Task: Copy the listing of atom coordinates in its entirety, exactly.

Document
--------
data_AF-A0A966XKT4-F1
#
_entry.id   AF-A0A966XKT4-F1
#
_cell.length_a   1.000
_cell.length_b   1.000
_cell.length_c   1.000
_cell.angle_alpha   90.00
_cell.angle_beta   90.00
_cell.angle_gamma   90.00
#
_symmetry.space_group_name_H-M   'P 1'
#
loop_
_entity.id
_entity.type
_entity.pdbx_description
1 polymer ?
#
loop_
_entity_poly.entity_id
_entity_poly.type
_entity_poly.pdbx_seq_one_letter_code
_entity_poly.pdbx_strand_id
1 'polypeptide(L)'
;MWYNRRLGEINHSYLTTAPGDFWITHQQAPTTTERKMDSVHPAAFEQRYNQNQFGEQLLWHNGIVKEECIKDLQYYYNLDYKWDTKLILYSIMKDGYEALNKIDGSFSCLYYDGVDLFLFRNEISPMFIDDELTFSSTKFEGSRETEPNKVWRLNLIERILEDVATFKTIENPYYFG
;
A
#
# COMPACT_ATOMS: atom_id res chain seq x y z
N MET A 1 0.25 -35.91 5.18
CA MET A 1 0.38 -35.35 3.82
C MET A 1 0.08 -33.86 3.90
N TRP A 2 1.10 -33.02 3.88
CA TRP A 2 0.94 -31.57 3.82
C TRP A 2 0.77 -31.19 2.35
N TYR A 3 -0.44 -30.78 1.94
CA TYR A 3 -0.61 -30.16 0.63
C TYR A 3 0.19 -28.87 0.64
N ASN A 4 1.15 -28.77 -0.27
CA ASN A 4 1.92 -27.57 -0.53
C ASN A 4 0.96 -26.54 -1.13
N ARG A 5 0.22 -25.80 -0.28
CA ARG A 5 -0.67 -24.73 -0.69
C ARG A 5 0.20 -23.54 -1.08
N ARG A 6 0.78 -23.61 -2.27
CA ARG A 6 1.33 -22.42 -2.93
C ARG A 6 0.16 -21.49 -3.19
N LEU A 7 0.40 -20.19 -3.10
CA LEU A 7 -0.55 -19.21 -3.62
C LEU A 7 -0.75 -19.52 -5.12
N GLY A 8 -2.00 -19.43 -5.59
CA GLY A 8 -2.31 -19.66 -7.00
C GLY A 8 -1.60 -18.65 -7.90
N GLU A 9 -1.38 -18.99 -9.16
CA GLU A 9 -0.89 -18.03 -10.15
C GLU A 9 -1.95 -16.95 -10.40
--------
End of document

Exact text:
data_AF-A0A966XKT4-F1
#
_entry.id   AF-A0A966XKT4-F1
#
_cell.length_a   1.000
_cell.length_b   1.000
_cell.length_c   1.000
_cell.angle_alpha   90.00
_cell.angle_beta   90.00
_cell.angle_gamma   90.00
#
_symmetry.space_group_name_H-M   'P 1'
#
loop_
_entity.id
_entity.type
_entity.pdbx_description
1 polymer ?
#
loop_
_entity_poly.entity_id
_entity_poly.type
_entity_poly.pdbx_seq_one_letter_code
_entity_poly.pdbx_strand_id
1 'polypeptide(L)'
;MWYNRRLGEINHSYLTTAPGDFWITHQQAPTTTERKMDSVHPAAFEQRYNQNQFGEQLLWHNGIVKEECIKDLQYYYNLDYKWDTKLILYSIMKDGYEALNKIDGSFSCLYYDGVDLFLFRNEISPMFIDDELTFSSTKFEGSRETEPNKVWRLNLIERILEDVATFKTIENPYYFG
;
A
#
# COMPACT_ATOMS: atom_id res chain seq x y z
N MET A 1 0.25 -35.91 5.18
CA MET A 1 0.38 -35.35 3.82
C MET A 1 0.08 -33.86 3.90
N TRP A 2 1.10 -33.02 3.88
CA TRP A 2 0.94 -31.57 3.82
C TRP A 2 0.77 -31.19 2.35
N TYR A 3 -0.44 -30.78 1.94
CA TYR A 3 -0.61 -30.16 0.63
C TYR A 3 0.19 -28.87 0.64
N ASN A 4 1.15 -28.77 -0.27
CA ASN A 4 1.92 -27.57 -0.53
C ASN A 4 0.96 -26.54 -1.13
N ARG A 5 0.22 -25.80 -0.28
CA ARG A 5 -0.67 -24.73 -0.69
C ARG A 5 0.20 -23.54 -1.08
N ARG A 6 0.78 -23.61 -2.27
CA ARG A 6 1.33 -22.42 -2.93
C ARG A 6 0.16 -21.49 -3.19
N LEU A 7 0.40 -20.19 -3.10
CA LEU A 7 -0.55 -19.21 -3.62
C LEU A 7 -0.75 -19.52 -5.12
N GLY A 8 -2.00 -19.43 -5.59
CA GLY A 8 -2.31 -19.66 -7.00
C GLY A 8 -1.60 -18.65 -7.90
N GLU A 9 -1.38 -18.99 -9.16
CA GLU A 9 -0.89 -18.03 -10.15
C GLU A 9 -1.95 -16.95 -10.40